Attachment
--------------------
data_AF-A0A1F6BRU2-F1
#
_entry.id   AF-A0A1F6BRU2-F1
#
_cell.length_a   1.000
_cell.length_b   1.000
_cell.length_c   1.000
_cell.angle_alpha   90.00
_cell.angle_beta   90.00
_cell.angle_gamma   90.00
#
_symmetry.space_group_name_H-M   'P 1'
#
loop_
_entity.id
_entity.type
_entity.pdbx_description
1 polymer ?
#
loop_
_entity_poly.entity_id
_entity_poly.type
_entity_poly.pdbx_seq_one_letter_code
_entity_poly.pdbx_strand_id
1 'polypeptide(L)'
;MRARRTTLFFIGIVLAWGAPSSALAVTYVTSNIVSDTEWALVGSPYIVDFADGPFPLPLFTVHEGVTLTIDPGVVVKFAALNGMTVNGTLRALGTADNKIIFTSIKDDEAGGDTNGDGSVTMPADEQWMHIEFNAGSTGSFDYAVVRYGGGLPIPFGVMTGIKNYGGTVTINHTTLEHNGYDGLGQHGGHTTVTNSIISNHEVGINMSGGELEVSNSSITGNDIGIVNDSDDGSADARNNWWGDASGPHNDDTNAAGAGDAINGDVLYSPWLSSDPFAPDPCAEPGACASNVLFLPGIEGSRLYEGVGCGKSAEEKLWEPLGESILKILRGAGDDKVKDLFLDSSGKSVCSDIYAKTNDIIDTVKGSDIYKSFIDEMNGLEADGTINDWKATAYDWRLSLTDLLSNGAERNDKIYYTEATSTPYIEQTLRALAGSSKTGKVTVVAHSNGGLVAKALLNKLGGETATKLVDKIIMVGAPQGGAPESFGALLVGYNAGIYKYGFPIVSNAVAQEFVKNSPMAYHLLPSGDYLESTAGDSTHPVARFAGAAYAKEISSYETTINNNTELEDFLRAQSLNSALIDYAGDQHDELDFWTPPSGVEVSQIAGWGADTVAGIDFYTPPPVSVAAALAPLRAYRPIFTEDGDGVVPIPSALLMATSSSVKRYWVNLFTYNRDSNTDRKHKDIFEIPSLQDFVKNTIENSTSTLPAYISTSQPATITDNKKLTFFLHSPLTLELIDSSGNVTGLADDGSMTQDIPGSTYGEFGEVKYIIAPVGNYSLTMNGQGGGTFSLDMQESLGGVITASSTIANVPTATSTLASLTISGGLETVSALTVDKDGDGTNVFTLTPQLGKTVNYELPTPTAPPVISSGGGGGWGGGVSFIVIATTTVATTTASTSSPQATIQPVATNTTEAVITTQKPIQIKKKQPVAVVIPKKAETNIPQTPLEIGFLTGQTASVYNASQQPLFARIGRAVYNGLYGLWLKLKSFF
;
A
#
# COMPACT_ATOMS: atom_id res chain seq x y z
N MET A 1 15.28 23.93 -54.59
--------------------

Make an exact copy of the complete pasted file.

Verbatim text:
data_AF-A0A1F6BRU2-F1
#
_entry.id   AF-A0A1F6BRU2-F1
#
_cell.length_a   1.000
_cell.length_b   1.000
_cell.length_c   1.000
_cell.angle_alpha   90.00
_cell.angle_beta   90.00
_cell.angle_gamma   90.00
#
_symmetry.space_group_name_H-M   'P 1'
#
loop_
_entity.id
_entity.type
_entity.pdbx_description
1 polymer ?
#
loop_
_entity_poly.entity_id
_entity_poly.type
_entity_poly.pdbx_seq_one_letter_code
_entity_poly.pdbx_strand_id
1 'polypeptide(L)'
;MRARRTTLFFIGIVLAWGAPSSALAVTYVTSNIVSDTEWALVGSPYIVDFADGPFPLPLFTVHEGVTLTIDPGVVVKFAALNGMTVNGTLRALGTADNKIIFTSIKDDEAGGDTNGDGSVTMPADEQWMHIEFNAGSTGSFDYAVVRYGGGLPIPFGVMTGIKNYGGTVTINHTTLEHNGYDGLGQHGGHTTVTNSIISNHEVGINMSGGELEVSNSSITGNDIGIVNDSDDGSADARNNWWGDASGPHNDDTNAAGAGDAINGDVLYSPWLSSDPFAPDPCAEPGACASNVLFLPGIEGSRLYEGVGCGKSAEEKLWEPLGESILKILRGAGDDKVKDLFLDSSGKSVCSDIYAKTNDIIDTVKGSDIYKSFIDEMNGLEADGTINDWKATAYDWRLSLTDLLSNGAERNDKIYYTEATSTPYIEQTLRALAGSSKTGKVTVVAHSNGGLVAKALLNKLGGETATKLVDKIIMVGAPQGGAPESFGALLVGYNAGIYKYGFPIVSNAVAQEFVKNSPMAYHLLPSGDYLESTAGDSTHPVARFAGAAYAKEISSYETTINNNTELEDFLRAQSLNSALIDYAGDQHDELDFWTPPSGVEVSQIAGWGADTVAGIDFYTPPPVSVAAALAPLRAYRPIFTEDGDGVVPIPSALLMATSSSVKRYWVNLFTYNRDSNTDRKHKDIFEIPSLQDFVKNTIENSTSTLPAYISTSQPATITDNKKLTFFLHSPLTLELIDSSGNVTGLADDGSMTQDIPGSTYGEFGEVKYIIAPVGNYSLTMNGQGGGTFSLDMQESLGGVITASSTIANVPTATSTLASLTISGGLETVSALTVDKDGDGTNVFTLTPQLGKTVNYELPTPTAPPVISSGGGGGWGGGVSFIVIATTTVATTTASTSSPQATIQPVATNTTEAVITTQKPIQIKKKQPVAVVIPKKAETNIPQTPLEIGFLTGQTASVYNASQQPLFARIGRAVYNGLYGLWLKLKSFF
;
A
#
# COMPACT_ATOMS: atom_id res chain seq x y z
N MET A 1 15.28 23.93 -54.59